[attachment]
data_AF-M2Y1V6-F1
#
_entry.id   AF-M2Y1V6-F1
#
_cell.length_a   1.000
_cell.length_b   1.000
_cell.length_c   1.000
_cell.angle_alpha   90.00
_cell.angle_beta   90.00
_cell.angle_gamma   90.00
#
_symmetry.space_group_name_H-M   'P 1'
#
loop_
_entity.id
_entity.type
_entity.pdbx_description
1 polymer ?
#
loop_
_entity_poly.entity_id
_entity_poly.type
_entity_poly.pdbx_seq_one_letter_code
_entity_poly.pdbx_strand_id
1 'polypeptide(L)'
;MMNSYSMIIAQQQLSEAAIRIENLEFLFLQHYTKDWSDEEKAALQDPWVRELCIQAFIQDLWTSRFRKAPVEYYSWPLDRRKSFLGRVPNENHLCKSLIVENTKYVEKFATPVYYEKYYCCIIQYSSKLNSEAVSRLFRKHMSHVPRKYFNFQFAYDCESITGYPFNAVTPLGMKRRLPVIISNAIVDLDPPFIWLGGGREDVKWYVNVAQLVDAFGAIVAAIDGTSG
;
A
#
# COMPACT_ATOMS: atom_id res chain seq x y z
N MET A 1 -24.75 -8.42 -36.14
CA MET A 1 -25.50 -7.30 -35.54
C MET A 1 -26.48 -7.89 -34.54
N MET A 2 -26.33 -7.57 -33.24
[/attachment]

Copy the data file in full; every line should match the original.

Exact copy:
data_AF-M2Y1V6-F1
#
_entry.id   AF-M2Y1V6-F1
#
_cell.length_a   1.000
_cell.length_b   1.000
_cell.length_c   1.000
_cell.angle_alpha   90.00
_cell.angle_beta   90.00
_cell.angle_gamma   90.00
#
_symmetry.space_group_name_H-M   'P 1'
#
loop_
_entity.id
_entity.type
_entity.pdbx_description
1 polymer ?
#
loop_
_entity_poly.entity_id
_entity_poly.type
_entity_poly.pdbx_seq_one_letter_code
_entity_poly.pdbx_strand_id
1 'polypeptide(L)'
;MMNSYSMIIAQQQLSEAAIRIENLEFLFLQHYTKDWSDEEKAALQDPWVRELCIQAFIQDLWTSRFRKAPVEYYSWPLDRRKSFLGRVPNENHLCKSLIVENTKYVEKFATPVYYEKYYCCIIQYSSKLNSEAVSRLFRKHMSHVPRKYFNFQFAYDCESITGYPFNAVTPLGMKRRLPVIISNAIVDLDPPFIWLGGGREDVKWYVNVAQLVDAFGAIVAAIDGTSG
;
A
#
# COMPACT_ATOMS: atom_id res chain seq x y z
N MET A 1 -24.75 -8.42 -36.14
CA MET A 1 -25.50 -7.30 -35.54
C MET A 1 -26.48 -7.89 -34.54
N MET A 2 -26.33 -7.57 -33.24